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Composite Tissue Allografts: Should We Reconsider the Terminology?

Gordon, Chad R., D.O.

Plastic and Reconstructive Surgery: December 2009 - Volume 124 - Issue 6 - p 464e-465e
doi: 10.1097/PRS.0b013e3181bf7fd1

Department of Plastic Surgery, The Cleveland Clinic, 9500 Euclid Avenue, Desk A-60, Cleveland, Ohio 44195,

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Composite tissue allotransplantation is a rapidly progressing field of reconstructive transplant surgery. This surgical specialty refers specifically to the transplantation of composite tissue allografts. The first successful transplant involving a composite tissue allograft was performed in 1957 by Dr. Peacock. This operation involved the transplantation of a human flexor tendon allograft in a 47-year-old woman suffering from tenosynovitis of her index finger.1 Since then, numerous allografts have followed, which include hand, partial face, knee (vascularized joint), abdominal wall, larynx, uterus, vascularized nerve, and scalp.2

The objective of this letter is to acknowledge my personal disliking of the descriptive term, “composite tissue allograft.” As one of the editors for the textbook entitled Transplantation of Composite Tissue Allografts,2 I feel compelled to report my dissatisfaction. Personally, the term “composite tissue allograft” is misleading, and plastic surgeons, transplantologists, physicians, immunologists, and scientists alike may need to revise this terminology.

For example, the word “graft” is used to describe “tissue that has been removed from the body, is completely devascularized, and is relocated to another location dependent on recipient neo-vascular ingrowth for survival.”3 As for the definition of an allograft, it is defined as “tissue transplanted between unrelated individuals of the same species.”4 Furthermore, “a group of two or more tissues containing more than one germinal layer” is known as a “composite graft.”5

Therefore, in summary, a composite tissue allograft, by the strictest sense of the aforementioned definitions, would accurately describe “devascularized tissue(s) transplanted from a donor to an unrelated recipient, and whose survival/function is solely dependent upon recipient neo-angiogenesis.” This definition does not, and should not, allude to transplanted tissue(s) possessing inherent vessels and/or nerves requiring microsurgical anastomoses, such as in the case of many composite tissue allografts.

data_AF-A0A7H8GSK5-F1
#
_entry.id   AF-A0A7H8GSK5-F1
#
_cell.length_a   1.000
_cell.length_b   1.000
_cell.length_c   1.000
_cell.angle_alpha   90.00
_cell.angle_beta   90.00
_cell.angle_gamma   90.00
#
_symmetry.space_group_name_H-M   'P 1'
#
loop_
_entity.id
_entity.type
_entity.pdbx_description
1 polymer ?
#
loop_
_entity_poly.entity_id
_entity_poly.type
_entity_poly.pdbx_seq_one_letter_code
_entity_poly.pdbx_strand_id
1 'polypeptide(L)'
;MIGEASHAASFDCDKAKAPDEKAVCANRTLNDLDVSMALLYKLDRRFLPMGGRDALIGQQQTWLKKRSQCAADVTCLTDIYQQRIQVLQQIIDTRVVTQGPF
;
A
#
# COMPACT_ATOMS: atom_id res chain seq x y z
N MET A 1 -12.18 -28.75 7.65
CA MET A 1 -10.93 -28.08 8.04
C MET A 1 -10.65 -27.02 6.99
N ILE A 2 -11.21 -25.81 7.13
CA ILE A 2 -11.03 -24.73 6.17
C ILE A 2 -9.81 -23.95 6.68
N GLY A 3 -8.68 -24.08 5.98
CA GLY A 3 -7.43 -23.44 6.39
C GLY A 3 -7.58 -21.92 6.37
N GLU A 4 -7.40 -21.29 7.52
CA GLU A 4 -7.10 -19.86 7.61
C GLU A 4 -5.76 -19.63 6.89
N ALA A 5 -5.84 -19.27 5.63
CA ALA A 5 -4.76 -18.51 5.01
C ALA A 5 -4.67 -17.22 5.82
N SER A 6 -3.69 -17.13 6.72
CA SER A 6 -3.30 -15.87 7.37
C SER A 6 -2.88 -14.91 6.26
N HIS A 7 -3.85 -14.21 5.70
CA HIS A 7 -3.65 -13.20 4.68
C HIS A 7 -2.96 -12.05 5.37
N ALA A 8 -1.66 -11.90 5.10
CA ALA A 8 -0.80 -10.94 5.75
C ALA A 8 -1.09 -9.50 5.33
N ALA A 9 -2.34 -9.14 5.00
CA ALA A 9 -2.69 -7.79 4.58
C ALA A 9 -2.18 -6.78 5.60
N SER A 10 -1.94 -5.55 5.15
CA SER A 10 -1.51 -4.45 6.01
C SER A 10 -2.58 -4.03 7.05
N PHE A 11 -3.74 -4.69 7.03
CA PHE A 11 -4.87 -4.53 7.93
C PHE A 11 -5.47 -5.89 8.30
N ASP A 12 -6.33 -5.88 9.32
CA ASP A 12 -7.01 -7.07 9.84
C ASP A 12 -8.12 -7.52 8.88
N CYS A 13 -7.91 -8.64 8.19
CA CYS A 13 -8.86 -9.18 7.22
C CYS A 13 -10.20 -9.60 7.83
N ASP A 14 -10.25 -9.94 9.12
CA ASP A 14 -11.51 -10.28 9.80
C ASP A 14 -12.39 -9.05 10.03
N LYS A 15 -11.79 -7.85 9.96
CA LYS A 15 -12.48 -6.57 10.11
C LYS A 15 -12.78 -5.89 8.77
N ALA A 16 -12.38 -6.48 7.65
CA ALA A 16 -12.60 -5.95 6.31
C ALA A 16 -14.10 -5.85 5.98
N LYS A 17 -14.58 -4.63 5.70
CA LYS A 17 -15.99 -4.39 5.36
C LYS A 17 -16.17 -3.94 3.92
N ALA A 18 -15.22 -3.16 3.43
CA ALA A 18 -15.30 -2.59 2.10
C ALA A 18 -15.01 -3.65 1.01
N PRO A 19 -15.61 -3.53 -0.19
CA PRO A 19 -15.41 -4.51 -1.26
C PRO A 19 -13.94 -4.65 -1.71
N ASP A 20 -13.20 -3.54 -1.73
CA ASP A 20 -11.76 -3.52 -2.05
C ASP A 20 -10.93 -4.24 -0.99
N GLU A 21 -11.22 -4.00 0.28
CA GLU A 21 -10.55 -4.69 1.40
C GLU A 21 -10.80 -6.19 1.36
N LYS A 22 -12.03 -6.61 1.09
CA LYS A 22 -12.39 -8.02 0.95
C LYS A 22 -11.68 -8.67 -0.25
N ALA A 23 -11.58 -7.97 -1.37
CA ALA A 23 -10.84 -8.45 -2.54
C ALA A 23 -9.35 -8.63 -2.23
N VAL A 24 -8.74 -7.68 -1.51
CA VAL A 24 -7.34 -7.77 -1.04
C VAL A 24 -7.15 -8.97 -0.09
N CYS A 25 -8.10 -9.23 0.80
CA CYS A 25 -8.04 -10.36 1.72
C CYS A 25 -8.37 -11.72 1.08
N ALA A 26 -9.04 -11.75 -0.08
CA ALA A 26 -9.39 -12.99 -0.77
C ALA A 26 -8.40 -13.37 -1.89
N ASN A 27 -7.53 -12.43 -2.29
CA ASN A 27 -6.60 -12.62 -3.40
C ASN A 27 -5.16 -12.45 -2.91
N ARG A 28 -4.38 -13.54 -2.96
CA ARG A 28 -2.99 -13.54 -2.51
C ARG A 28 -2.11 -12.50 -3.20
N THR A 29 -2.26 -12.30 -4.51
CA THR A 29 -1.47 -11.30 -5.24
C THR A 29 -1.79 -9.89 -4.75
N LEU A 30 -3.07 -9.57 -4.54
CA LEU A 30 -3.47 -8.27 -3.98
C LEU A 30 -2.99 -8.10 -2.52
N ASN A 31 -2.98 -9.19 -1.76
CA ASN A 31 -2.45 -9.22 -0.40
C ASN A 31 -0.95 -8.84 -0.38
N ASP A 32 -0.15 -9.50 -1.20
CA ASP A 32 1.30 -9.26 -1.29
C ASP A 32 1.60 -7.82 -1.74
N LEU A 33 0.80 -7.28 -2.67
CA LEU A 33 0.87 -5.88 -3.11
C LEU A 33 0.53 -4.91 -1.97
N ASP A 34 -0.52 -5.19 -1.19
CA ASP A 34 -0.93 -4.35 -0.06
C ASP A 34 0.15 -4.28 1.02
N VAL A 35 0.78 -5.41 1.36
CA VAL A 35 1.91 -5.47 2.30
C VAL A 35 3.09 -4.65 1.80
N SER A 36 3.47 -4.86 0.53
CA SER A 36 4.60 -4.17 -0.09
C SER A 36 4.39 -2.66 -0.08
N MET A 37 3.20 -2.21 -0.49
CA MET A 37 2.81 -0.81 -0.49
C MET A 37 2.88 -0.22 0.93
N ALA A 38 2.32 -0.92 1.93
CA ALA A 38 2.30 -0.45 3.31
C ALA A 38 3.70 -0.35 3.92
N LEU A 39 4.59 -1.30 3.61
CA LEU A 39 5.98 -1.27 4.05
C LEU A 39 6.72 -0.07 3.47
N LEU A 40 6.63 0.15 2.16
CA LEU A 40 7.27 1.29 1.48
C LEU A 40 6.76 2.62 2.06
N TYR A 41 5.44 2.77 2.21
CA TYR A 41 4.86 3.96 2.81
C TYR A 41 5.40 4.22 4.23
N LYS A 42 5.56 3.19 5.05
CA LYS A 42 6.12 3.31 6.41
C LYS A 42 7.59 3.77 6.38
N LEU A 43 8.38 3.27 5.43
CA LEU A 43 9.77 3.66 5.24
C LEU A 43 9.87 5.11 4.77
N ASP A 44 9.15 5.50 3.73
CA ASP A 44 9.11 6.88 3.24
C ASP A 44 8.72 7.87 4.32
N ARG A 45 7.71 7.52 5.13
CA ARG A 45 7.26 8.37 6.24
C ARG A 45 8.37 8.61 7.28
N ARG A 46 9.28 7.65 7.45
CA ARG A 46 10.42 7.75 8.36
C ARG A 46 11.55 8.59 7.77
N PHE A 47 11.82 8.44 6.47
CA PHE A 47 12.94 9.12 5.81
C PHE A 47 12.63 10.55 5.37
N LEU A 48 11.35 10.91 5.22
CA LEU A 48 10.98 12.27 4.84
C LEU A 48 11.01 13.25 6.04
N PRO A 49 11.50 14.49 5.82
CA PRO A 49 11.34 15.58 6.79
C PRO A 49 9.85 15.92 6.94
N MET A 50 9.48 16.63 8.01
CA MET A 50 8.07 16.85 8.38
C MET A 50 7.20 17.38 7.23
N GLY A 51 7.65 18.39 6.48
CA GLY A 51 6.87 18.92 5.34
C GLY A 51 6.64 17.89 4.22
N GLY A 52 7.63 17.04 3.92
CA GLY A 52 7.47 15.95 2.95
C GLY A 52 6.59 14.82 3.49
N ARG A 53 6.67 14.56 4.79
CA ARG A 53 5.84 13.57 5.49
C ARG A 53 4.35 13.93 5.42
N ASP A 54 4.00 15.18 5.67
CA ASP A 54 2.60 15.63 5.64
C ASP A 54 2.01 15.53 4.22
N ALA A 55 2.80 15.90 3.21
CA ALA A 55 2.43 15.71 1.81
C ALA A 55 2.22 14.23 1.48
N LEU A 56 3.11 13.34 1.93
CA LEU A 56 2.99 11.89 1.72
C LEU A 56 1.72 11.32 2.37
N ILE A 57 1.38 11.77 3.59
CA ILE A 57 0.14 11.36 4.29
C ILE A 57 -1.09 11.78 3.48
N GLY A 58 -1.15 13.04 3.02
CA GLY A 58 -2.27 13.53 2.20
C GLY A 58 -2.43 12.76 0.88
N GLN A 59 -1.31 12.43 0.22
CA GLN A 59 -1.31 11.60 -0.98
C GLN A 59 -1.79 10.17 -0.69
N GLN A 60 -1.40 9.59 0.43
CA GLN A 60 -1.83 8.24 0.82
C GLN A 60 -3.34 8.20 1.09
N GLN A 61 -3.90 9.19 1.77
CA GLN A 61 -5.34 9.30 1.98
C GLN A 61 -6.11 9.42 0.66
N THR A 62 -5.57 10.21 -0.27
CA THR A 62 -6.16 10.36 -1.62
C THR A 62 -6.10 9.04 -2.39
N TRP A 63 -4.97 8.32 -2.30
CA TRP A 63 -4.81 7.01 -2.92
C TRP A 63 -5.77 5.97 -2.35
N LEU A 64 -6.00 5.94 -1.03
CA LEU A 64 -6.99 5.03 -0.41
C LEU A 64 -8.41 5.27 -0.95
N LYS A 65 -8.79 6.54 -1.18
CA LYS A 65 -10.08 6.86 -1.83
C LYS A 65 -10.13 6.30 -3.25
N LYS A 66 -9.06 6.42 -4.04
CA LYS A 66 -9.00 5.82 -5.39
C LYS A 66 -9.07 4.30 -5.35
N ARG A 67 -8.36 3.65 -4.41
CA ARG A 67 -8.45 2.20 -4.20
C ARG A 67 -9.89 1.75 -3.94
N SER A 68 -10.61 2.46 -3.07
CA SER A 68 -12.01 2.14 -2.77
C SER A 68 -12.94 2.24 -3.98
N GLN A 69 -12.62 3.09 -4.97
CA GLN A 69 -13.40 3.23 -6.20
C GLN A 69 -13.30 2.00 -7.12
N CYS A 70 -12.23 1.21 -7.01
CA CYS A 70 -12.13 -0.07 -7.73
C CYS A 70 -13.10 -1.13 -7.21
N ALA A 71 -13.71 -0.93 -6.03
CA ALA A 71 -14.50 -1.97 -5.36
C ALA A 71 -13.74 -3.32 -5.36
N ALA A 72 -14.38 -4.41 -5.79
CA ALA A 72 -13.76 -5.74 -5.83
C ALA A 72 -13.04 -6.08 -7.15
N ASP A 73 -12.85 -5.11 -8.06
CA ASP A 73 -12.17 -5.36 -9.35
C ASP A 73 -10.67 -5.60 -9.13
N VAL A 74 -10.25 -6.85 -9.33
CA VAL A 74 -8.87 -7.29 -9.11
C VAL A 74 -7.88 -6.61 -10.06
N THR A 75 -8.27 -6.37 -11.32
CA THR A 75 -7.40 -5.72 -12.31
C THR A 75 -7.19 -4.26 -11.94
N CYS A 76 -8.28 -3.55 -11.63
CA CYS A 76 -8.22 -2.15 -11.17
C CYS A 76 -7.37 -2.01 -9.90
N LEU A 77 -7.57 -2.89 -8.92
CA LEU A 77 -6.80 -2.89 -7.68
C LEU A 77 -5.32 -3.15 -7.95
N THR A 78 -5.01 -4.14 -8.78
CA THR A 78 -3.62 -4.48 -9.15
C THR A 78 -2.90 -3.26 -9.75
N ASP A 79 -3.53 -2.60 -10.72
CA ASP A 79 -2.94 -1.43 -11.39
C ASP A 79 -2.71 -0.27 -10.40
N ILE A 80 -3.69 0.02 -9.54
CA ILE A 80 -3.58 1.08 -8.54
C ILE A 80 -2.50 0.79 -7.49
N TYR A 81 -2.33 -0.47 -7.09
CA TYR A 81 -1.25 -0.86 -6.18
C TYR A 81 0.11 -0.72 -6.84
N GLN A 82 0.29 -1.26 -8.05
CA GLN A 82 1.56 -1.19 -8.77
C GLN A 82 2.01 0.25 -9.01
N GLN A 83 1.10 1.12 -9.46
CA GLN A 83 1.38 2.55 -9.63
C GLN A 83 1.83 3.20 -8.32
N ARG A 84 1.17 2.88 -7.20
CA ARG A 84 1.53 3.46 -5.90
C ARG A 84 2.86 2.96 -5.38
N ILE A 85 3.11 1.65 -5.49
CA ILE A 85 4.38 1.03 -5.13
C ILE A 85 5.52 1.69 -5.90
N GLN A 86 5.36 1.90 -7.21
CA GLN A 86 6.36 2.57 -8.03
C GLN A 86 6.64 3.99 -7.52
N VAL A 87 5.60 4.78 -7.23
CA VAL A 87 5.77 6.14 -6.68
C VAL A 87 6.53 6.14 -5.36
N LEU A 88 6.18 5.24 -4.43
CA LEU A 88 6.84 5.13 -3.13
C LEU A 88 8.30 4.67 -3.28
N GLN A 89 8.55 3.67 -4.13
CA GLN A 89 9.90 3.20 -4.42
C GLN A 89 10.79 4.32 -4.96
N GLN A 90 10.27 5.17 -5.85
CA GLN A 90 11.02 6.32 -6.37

Hand transplantation, for instance, is often described as being a “composite tissue allograft.”5 Obviously, the hand allograft is not dependent on the recipient for establishing neurovascularity and that, in fact, it is accompanied by its own nerves (i.e., median, ulnar, and radial) and vessels (i.e., radial/ulnar arteries, cephalic/basilic veins) requiring microanastomoses. Therefore, I propose that we use a more accurate term such as “composite tissue allotransplant,” or for more detail, refer to this particular composite tissue allotransplantation subtype as a “composite tissue limb allotransplant.”

Another great example is the partial face allograft, which has been performed recently in both France and China.2 These successful “allografts” contain skin, subcutaneous tissue, muscle, and of course, their own inherent nervous tissue (i.e., facial nerve) and blood supply (i.e., external carotid artery, external jugular/facial veins), and again require microsurgical anastomoses during transplantation, unlike a typical graft. Perhaps, instead of using the term “facial composite tissue allograft” to describe this type of reconstructive surgery, we should be using a term more analogous, such as “facial composite tissue alloflap” or “free composite allotissue transfer” instead.

In conclusion, no matter which terminology is chosen, composite tissue allotransplantation is a uniquely fascinating subspecialty, and I look forward to witnessing many unprecedented clinical achievements in the near future.

Chad R. Gordon, D.O.

Department of Plastic Surgery

The Cleveland Clinic

9500 Euclid Avenue, Desk A-60

Cleveland, Ohio 44195

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1.Peacock EE Jr, Madden JW. Human composite flexor tendon allografts. Ann Surg. 1967;166:624–629.
2.Gordon CR, Serletti JM, Black KS, Hewitt CW. The evolution and current status of composite tissue allotransplantation: The twentieth century realization of “Cosmas and Damian.” In: Hewitt CW, Lee WPA, Gordon CR, eds. Transplantation of Composite Tissue Allografts. New York: Springer; 2008:13–25.
3.Thorne CH. Techniques and principles in plastic surgery. In: Aston SJ, Beasley RW, Thorne CHM, eds. Grabb and Smith's Plastic Surgery. 6th ed. Philadelphia: Lippincott-Raven; 2007:8.
4.Lee WPA, Feili-Hariri M, Butler PEM. Transplant biology and applications to plastic surgery. In: Aston SJ, Beasley RW, Thorne CHM, eds. Grabb and Smith's Plastic Surgery. 6th ed. Philadelphia: Lippincott-Raven; 2007:53.
5.Baker DC. Composite grafts. In: Georgiade GS, Riefkohl R, Levin LS, eds. Georgiade Plastic, Maxillofacial and Reconstructive Surgery. 3rd ed. Baltimore: Williams & Wilkins; 1997:34.

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